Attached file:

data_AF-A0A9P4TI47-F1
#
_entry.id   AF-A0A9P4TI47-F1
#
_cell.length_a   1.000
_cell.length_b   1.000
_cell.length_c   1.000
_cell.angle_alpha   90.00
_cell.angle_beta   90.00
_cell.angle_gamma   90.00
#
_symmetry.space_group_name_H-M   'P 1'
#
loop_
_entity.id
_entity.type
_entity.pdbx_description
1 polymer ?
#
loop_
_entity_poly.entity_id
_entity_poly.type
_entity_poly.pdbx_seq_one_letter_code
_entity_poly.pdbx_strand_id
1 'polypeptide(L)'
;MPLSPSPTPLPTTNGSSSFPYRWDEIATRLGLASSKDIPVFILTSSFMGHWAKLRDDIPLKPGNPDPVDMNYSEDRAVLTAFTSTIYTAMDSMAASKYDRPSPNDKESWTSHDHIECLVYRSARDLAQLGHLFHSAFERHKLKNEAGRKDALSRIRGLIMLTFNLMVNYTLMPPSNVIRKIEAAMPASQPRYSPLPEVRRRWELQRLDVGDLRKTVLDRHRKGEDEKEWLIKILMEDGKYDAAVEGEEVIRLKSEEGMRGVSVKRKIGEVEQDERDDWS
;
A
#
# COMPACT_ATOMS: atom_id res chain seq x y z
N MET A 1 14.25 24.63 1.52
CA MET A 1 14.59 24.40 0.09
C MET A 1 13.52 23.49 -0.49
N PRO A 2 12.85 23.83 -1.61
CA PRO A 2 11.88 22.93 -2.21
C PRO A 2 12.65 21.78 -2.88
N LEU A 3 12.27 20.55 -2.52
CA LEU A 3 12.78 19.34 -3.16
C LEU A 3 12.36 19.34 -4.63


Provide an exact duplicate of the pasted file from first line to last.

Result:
data_AF-A0A9P4TI47-F1
#
_entry.id   AF-A0A9P4TI47-F1
#
_cell.length_a   1.000
_cell.length_b   1.000
_cell.length_c   1.000
_cell.angle_alpha   90.00
_cell.angle_beta   90.00
_cell.angle_gamma   90.00
#
_symmetry.space_group_name_H-M   'P 1'
#
loop_
_entity.id
_entity.type
_entity.pdbx_description
1 polymer ?
#
loop_
_entity_poly.entity_id
_entity_poly.type
_entity_poly.pdbx_seq_one_letter_code
_entity_poly.pdbx_strand_id
1 'polypeptide(L)'
;MPLSPSPTPLPTTNGSSSFPYRWDEIATRLGLASSKDIPVFILTSSFMGHWAKLRDDIPLKPGNPDPVDMNYSEDRAVLTAFTSTIYTAMDSMAASKYDRPSPNDKESWTSHDHIECLVYRSARDLAQLGHLFHSAFERHKLKNEAGRKDALSRIRGLIMLTFNLMVNYTLMPPSNVIRKIEAAMPASQPRYSPLPEVRRRWELQRLDVGDLRKTVLDRHRKGEDEKEWLIKILMEDGKYDAAVEGEEVIRLKSEEGMRGVSVKRKIGEVEQDERDDWS
;
A
#
# COMPACT_ATOMS: atom_id res chain seq x y z
N MET A 1 14.25 24.63 1.52
CA MET A 1 14.59 24.40 0.09
C MET A 1 13.52 23.49 -0.49
N PRO A 2 12.85 23.83 -1.61
CA PRO A 2 11.88 22.93 -2.21
C PRO A 2 12.65 21.78 -2.88
N LEU A 3 12.27 20.55 -2.52
CA LEU A 3 12.78 19.34 -3.16
C LEU A 3 12.36 19.34 -4.63